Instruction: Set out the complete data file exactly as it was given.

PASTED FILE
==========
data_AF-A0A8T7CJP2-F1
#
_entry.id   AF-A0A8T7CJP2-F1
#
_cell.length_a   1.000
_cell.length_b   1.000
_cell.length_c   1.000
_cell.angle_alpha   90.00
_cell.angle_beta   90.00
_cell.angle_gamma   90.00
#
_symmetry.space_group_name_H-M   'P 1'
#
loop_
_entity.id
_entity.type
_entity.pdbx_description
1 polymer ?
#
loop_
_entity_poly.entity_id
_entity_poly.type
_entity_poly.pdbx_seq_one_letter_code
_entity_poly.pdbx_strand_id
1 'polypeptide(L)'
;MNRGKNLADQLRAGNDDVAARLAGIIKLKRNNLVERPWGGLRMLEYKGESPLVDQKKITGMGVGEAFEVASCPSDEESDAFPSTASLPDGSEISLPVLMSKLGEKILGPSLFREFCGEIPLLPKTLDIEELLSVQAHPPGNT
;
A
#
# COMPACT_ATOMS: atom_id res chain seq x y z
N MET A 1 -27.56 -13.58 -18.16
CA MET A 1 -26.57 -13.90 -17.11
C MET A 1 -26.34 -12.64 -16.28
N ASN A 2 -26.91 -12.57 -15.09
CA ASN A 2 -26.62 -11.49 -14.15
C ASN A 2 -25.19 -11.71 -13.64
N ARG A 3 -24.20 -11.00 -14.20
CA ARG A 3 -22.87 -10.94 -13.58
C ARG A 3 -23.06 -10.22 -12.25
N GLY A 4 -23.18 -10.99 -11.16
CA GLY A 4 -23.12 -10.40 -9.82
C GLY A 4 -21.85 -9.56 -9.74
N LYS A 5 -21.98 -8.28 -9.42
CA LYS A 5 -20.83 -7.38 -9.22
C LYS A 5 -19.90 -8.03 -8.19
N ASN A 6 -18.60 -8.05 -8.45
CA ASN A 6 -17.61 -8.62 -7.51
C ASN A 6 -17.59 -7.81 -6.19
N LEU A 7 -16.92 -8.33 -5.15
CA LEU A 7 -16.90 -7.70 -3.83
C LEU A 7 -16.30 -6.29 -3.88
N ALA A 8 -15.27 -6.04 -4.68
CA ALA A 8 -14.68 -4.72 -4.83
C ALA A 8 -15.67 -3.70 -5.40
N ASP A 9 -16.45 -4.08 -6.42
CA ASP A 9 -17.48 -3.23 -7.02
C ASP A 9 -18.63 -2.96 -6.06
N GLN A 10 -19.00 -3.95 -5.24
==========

data_AF-A0A8T7CJP2-F1
#
_entry.id   AF-A0A8T7CJP2-F1
#
_cell.length_a   1.000
_cell.length_b   1.000
_cell.length_c   1.000
_cell.angle_alpha   90.00
_cell.angle_beta   90.00
_cell.angle_gamma   90.00
#
_symmetry.space_group_name_H-M   'P 1'
#
loop_
_entity.id
_entity.type
_entity.pdbx_description
1 polymer ?
#
loop_
_entity_poly.entity_id
_entity_poly.type
_entity_poly.pdbx_seq_one_letter_code
_entity_poly.pdbx_strand_id
1 'polypeptide(L)'
;MNRGKNLADQLRAGNDDVAARLAGIIKLKRNNLVERPWGGLRMLEYKGESPLVDQKKITGMGVGEAFEVASCPSDEESDAFPSTASLPDGSEISLPVLMSKLGEKILGPSLFREFCGEIPLLPKTLDIEELLSVQAHPPGNT
;
A
#
# COMPACT_ATOMS: atom_id res chain seq x y z
N MET A 1 -27.56 -13.58 -18.16
CA MET A 1 -26.57 -13.90 -17.11
C MET A 1 -26.34 -12.64 -16.28
N ASN A 2 -26.91 -12.57 -15.09
CA ASN A 2 -26.62 -11.49 -14.15
C ASN A 2 -25.19 -11.71 -13.64
N ARG A 3 -24.20 -11.00 -14.20
CA ARG A 3 -22.87 -10.94 -13.58
C ARG A 3 -23.06 -10.22 -12.25
N GLY A 4 -23.18 -10.99 -11.16
CA GLY A 4 -23.12 -10.40 -9.82
C GLY A 4 -21.85 -9.56 -9.74
N LYS A 5 -21.98 -8.28 -9.42
CA LYS A 5 -20.83 -7.38 -9.22
C LYS A 5 -19.90 -8.03 -8.19
N ASN A 6 -18.60 -8.05 -8.45
CA ASN A 6 -17.61 -8.62 -7.51
C ASN A 6 -17.59 -7.81 -6.19
N LEU A 7 -16.92 -8.33 -5.15
CA LEU A 7 -16.90 -7.70 -3.83
C LEU A 7 -16.30 -6.29 -3.88
N ALA A 8 -15.27 -6.04 -4.68
CA ALA A 8 -14.68 -4.72 -4.83
C ALA A 8 -15.67 -3.70 -5.40
N ASP A 9 -16.45 -4.08 -6.42
CA ASP A 9 -17.48 -3.23 -7.02
C ASP A 9 -18.63 -2.96 -6.06
N GLN A 10 -19.00 -3.95 -5.24